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THE URBAN SEA TURTLES OF LONG BEACH

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Conservation | Volunteering | Turtles

Thursday, May 12, 2011

Hugh

About 6 miles away from the Aquarium of the Pacific on the east side of Long Beach runs an urban river with a very surprising wildlife colony. You’d expect to see them while on an exotic journey to Mexican or Hawaiian waters. Yet right under the noses of Southern Californian recreational cyclists riding the San Gabriel River bike path lives a colony of endangered green sea turtles!

It’s been nearly three years now since my wife Pam and I started participating in an informal Aquarium survey of the green sea turtles that have colonized the San Gabriel River. In that time we’ve gotten to know and appreciate the sea turtles of this urban river.

When the Aquarium of the Pacific first opened back in the late 90s there was an exhibit of olive Ridley’s and green sea turtles where the Shorebird Exhibit now sits. Along with taking care of the pinnipeds, one of my duties back in those early days was to help take care of the green sea turtles. We gave these turtles the nickname of “Greenies”. Along with feeding them, I would sometimes get in my wet suit and physically guide them to the shore for checkups and treatments. The ”Greenies” eventually left Long Beach for another zoological facility (we still have the olive Ridleys at the Aquarium). But who knew back then that just down the road a hidden colony of “greenies” were taking advantage of the warm water effluents of the power plants that supply the cities with electricity and were flourishing in a three mile stretch of the lower San Gabriel River. Green sea turtles are warm water critters so I thought it was kind of amazing that they found this little warm water niche amongst the cooler waters of the Southern California Coast. The first time that I found out that there were green sea turtle in the river was when an injured “greenie” was rescued from the river and taken to the Aquarium for treatment.

The sea turtles of the San Gabriel River vary in size from small ones with baseball size heads to very large critters with shells more than a yard long. They are not the easiest animals to spot in the river water. They only come up for a few seconds to breath and can stay hidden underwater in the murk of the river for tens of minutes. Yet, because of the days that Pam and I have spent monitoring these turtles we have sort of figured out their surfacing patterns which varies from the time of day, current patterns and the tide. Its kind of a gut level feeling thing. Since I am the photo documenter part of the team it helps to be able to anticipate when and where they’ll surface as I have only a very small window in which to photograph them. Pam is the data gatherer of our little two person sea turtle survey team keeping track of how many different turtles are spotted, their size and their surfacing patterns. She’s gotten to be quite an expert on these particular sea turtles.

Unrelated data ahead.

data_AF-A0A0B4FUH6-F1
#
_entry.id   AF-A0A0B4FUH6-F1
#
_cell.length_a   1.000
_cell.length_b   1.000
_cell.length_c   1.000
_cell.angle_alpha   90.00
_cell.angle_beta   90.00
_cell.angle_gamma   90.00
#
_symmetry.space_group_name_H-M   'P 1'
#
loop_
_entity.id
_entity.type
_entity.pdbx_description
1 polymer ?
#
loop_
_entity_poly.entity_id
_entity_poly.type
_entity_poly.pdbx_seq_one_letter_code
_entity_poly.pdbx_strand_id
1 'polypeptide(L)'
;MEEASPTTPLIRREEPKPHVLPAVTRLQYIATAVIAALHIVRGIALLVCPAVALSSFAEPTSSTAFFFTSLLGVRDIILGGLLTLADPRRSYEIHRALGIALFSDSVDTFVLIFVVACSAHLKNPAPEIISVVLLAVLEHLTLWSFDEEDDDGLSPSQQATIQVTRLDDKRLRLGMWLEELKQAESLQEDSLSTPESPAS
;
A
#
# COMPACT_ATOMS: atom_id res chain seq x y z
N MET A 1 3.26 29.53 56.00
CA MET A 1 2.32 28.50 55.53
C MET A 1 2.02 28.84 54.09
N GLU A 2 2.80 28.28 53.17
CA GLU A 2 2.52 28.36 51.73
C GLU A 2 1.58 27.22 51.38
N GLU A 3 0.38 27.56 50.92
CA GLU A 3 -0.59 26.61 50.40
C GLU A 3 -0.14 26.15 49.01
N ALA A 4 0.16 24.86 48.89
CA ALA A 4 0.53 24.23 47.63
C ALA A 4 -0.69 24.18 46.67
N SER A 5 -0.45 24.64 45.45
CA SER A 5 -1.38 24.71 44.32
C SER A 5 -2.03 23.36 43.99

One of the added benefits of hanging out along the river waiting for sea turtles to surface is that there is time to appreciate the other animals that call this river home. From Osprey dive bombing fish to coyotes using the river banks as a wildlife corridor the river is alive with a menagerie of critters. We’ve even seen sea lions swim miles up the river in search of prey.

The San Gabriel. An urban river teeming with wildlife treasures.

THE URBAN SEA TURTLES OF LONG BEACH
A "Greenie" surfaces in the warm water current of a power plant outtake.  | Hugh Ryono
THE URBAN SEA TURTLES OF LONG BEACH
The green sea turtle of the San Gabriel River vary in sizes from small to very large.  | Hugh Ryono
THE URBAN SEA TURTLES OF LONG BEACH
An urban river with a hidden treasure. A colony of endangered green sea turtles.  | Hugh Ryono
THE URBAN SEA TURTLES OF LONG BEACH
Me with one of the Aquarium's green sea turtles back in 1999.

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Teri

Friday, May 13, 2011 02:23 AM

Hey Hugh, great entry! I was wondering if anyone knew the origins of these green sea turtles?  I understand the water is sufficiently warm for them to live around the areas of the outflow from the power plant, but how did they get there to begin with?  With the waters being so cold off the coast, I can’t imagine they would do too well migrating through.

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Hugh

Wednesday, May 18, 2011 02:22 AM

The study of these sea turtles is still in it’s early phase.  Hopefully in the future there will be a definitive answer to the question of how they got there.

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Diane Alps

Monday, May 30, 2011 05:07 PM

I learned about this amazing population of green sea turtles from Hugh (Thanks Hugh! and I’m glad to have found your blog!)

This month’s ACS/LA Speaker, Dan Lawson, NMFS, will discuss this population: May 31st @ 7:30pm: http://acs-la.org/calendar.htm
or
http://www.facebook.com/event.php?eid=215648495122838

Hope to see you there!

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